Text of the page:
Heels are totally, officially, scientifically screwing up your feet.
Thanks to Australian researcher Neil J. Cronin, we now have proof that high heels do quite a number on your hooves. After seeing a girl walking uncomfortably in a pair of stilettos, Cronin and his team decided to recruit some women (average age: 25) for a study. Heel wearers were measured against non-heel wearers, and this is what happened:
In results published last week in The Journal of Applied Physiology, the scientists found that heel wearers moved with shorter, more forceful strides than the control group, their feet perpetually in a flexed, toes-pointed position. This movement pattern continued even when the women kicked off their heels and walked barefoot. As a result, the fibers in their calf muscles had shortened and they put much greater mechanical strain on their calf muscles than the control group did.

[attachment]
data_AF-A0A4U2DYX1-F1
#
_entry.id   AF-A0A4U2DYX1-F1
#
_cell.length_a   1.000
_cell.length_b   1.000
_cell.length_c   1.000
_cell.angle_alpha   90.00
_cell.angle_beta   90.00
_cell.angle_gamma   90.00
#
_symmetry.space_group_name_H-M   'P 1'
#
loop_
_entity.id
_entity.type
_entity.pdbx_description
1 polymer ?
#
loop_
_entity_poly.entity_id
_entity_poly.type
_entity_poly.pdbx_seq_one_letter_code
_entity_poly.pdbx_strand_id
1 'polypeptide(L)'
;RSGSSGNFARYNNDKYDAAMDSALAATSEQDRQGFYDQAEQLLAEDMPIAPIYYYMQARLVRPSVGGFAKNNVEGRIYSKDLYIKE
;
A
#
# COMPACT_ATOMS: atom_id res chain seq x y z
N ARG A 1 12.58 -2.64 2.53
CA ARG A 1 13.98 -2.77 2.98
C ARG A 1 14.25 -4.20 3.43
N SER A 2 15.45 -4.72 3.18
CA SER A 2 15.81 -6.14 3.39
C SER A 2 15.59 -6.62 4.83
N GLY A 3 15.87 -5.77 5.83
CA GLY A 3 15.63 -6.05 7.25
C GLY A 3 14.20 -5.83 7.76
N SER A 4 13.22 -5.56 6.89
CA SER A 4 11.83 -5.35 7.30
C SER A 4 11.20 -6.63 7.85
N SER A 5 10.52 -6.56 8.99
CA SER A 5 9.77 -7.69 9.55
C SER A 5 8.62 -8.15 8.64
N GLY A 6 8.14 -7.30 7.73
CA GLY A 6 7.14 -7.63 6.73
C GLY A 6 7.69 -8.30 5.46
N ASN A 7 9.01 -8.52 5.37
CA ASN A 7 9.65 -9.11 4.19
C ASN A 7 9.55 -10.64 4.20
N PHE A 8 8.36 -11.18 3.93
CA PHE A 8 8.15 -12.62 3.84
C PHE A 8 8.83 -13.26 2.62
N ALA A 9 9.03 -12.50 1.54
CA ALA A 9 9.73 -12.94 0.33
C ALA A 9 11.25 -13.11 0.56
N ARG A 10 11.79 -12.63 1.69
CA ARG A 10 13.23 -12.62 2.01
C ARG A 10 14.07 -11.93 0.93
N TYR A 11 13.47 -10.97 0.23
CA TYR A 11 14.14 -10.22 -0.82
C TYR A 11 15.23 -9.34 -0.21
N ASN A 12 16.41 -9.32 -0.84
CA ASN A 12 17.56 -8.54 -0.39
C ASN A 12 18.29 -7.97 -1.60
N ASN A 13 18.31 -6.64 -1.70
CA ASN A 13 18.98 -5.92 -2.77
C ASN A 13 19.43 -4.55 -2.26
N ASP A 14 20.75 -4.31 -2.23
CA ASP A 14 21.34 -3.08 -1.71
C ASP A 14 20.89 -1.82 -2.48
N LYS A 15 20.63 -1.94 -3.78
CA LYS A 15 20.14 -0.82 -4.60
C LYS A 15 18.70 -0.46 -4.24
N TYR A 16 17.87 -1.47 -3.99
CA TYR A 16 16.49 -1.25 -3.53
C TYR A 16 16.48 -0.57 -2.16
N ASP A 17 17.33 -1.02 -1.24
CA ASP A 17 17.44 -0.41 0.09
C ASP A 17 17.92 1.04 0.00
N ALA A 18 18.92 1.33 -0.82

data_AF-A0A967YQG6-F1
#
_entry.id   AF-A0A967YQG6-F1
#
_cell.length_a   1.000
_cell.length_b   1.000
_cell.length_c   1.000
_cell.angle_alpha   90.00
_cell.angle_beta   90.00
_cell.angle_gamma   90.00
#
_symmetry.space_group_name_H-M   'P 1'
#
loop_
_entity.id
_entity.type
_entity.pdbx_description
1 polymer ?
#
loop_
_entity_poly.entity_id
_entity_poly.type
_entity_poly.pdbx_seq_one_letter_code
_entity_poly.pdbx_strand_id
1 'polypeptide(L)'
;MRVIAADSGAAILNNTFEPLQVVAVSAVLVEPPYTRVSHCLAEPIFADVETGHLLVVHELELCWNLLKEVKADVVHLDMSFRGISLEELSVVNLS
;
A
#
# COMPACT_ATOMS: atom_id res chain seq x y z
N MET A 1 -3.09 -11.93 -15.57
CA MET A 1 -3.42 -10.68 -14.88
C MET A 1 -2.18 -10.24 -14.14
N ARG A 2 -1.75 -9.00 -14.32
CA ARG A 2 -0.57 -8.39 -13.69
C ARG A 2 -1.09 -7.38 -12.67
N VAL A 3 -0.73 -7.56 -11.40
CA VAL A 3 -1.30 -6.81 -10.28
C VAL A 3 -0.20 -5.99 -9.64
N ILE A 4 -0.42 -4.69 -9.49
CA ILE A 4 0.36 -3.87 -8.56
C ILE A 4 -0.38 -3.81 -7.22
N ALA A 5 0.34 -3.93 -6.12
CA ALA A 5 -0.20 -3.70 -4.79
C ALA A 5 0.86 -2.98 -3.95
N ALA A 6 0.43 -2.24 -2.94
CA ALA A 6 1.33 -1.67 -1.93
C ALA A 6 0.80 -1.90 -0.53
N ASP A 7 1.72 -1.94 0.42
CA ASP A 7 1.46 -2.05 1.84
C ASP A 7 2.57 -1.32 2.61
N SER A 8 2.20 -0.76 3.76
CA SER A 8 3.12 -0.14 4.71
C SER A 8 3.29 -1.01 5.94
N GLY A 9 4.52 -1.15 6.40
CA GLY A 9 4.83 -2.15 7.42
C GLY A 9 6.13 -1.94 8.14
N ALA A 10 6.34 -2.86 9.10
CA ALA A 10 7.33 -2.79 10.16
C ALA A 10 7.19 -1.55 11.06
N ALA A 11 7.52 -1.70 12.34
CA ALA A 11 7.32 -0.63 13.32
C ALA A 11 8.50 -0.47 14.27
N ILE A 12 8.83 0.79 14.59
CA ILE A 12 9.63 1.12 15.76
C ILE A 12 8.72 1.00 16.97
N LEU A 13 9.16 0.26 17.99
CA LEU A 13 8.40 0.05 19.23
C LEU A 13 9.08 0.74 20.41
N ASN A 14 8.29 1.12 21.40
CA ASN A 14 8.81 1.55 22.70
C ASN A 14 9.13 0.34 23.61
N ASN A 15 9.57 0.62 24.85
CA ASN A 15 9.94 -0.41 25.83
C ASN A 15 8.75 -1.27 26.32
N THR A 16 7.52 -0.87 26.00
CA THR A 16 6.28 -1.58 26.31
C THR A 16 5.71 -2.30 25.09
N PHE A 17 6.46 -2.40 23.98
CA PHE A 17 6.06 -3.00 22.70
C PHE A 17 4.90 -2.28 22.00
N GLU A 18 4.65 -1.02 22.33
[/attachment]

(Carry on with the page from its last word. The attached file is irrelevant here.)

Basically, heel wearers walk less efficiently — even when they’re not wearing heels — causing their muscles to tire out and increasing the risk of strain injuries. It’s interesting to note that the subjects in the study had been wearing heels regularly for a maximum of a decade. We’d be curious to see what the results would be if women in their 40s, 50s, and beyond were studied. Also, this makes our flat shoe-loving selves feel even more justified.